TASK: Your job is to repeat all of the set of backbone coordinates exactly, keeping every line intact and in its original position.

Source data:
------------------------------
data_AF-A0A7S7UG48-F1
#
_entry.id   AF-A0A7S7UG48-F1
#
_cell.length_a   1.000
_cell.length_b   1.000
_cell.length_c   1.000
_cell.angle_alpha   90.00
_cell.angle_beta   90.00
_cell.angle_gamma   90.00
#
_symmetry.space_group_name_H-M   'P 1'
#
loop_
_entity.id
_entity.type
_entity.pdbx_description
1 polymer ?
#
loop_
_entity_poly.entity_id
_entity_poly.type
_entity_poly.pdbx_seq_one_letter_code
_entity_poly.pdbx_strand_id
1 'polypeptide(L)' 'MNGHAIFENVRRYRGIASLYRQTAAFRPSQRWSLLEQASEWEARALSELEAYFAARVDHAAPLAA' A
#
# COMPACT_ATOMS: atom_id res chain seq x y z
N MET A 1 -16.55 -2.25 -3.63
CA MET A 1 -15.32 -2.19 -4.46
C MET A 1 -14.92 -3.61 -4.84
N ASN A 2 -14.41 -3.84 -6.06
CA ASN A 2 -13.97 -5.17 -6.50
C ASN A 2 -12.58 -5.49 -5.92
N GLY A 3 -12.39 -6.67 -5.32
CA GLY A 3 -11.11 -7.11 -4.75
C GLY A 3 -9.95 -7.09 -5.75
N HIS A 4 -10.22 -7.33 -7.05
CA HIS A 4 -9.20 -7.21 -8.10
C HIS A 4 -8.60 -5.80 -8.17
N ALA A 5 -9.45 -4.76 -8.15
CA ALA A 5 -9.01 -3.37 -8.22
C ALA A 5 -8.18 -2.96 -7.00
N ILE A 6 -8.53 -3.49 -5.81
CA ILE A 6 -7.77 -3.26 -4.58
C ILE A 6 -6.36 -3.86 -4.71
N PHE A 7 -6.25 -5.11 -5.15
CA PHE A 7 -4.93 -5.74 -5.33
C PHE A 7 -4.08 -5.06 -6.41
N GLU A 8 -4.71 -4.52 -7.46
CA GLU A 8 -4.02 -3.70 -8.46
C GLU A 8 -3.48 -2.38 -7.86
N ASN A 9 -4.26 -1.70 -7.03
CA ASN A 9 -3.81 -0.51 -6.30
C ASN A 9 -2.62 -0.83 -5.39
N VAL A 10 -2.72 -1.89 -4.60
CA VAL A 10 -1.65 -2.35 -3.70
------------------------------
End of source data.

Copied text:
data_AF-A0A7S7UG48-F1
#
_entry.id   AF-A0A7S7UG48-F1
#
_cell.length_a   1.000
_cell.length_b   1.000
_cell.length_c   1.000
_cell.angle_alpha   90.00
_cell.angle_beta   90.00
_cell.angle_gamma   90.00
#
_symmetry.space_group_name_H-M   'P 1'
#
loop_
_entity.id
_entity.type
_entity.pdbx_description
1 polymer ?
#
loop_
_entity_poly.entity_id
_entity_poly.type
_entity_poly.pdbx_seq_one_letter_code
_entity_poly.pdbx_strand_id
1 'polypeptide(L)' 'MNGHAIFENVRRYRGIASLYRQTAAFRPSQRWSLLEQASEWEARALSELEAYFAARVDHAAPLAA' A
#
# COMPACT_ATOMS: atom_id res chain seq x y z
N MET A 1 -16.55 -2.25 -3.63
CA MET A 1 -15.32 -2.19 -4.46
C MET A 1 -14.92 -3.61 -4.84
N ASN A 2 -14.41 -3.84 -6.06
CA ASN A 2 -13.97 -5.17 -6.50
C ASN A 2 -12.58 -5.49 -5.92
N GLY A 3 -12.39 -6.67 -5.32
CA GLY A 3 -11.11 -7.11 -4.75
C GLY A 3 -9.95 -7.09 -5.75
N HIS A 4 -10.22 -7.33 -7.05
CA HIS A 4 -9.20 -7.21 -8.10
C HIS A 4 -8.60 -5.80 -8.17
N ALA A 5 -9.45 -4.76 -8.15
CA ALA A 5 -9.01 -3.37 -8.22
C ALA A 5 -8.18 -2.96 -7.00
N ILE A 6 -8.53 -3.49 -5.81
CA ILE A 6 -7.77 -3.26 -4.58
C ILE A 6 -6.36 -3.86 -4.71
N PHE A 7 -6.25 -5.11 -5.15
CA PHE A 7 -4.93 -5.74 -5.33
C PHE A 7 -4.08 -5.06 -6.41
N GLU A 8 -4.71 -4.52 -7.46
CA GLU A 8 -4.02 -3.70 -8.46
C GLU A 8 -3.48 -2.38 -7.86
N ASN A 9 -4.26 -1.70 -7.03
CA ASN A 9 -3.81 -0.51 -6.30
C ASN A 9 -2.62 -0.83 -5.39
N VAL A 10 -2.72 -1.89 -4.60
CA VAL A 10 -1.65 -2.35 -3.70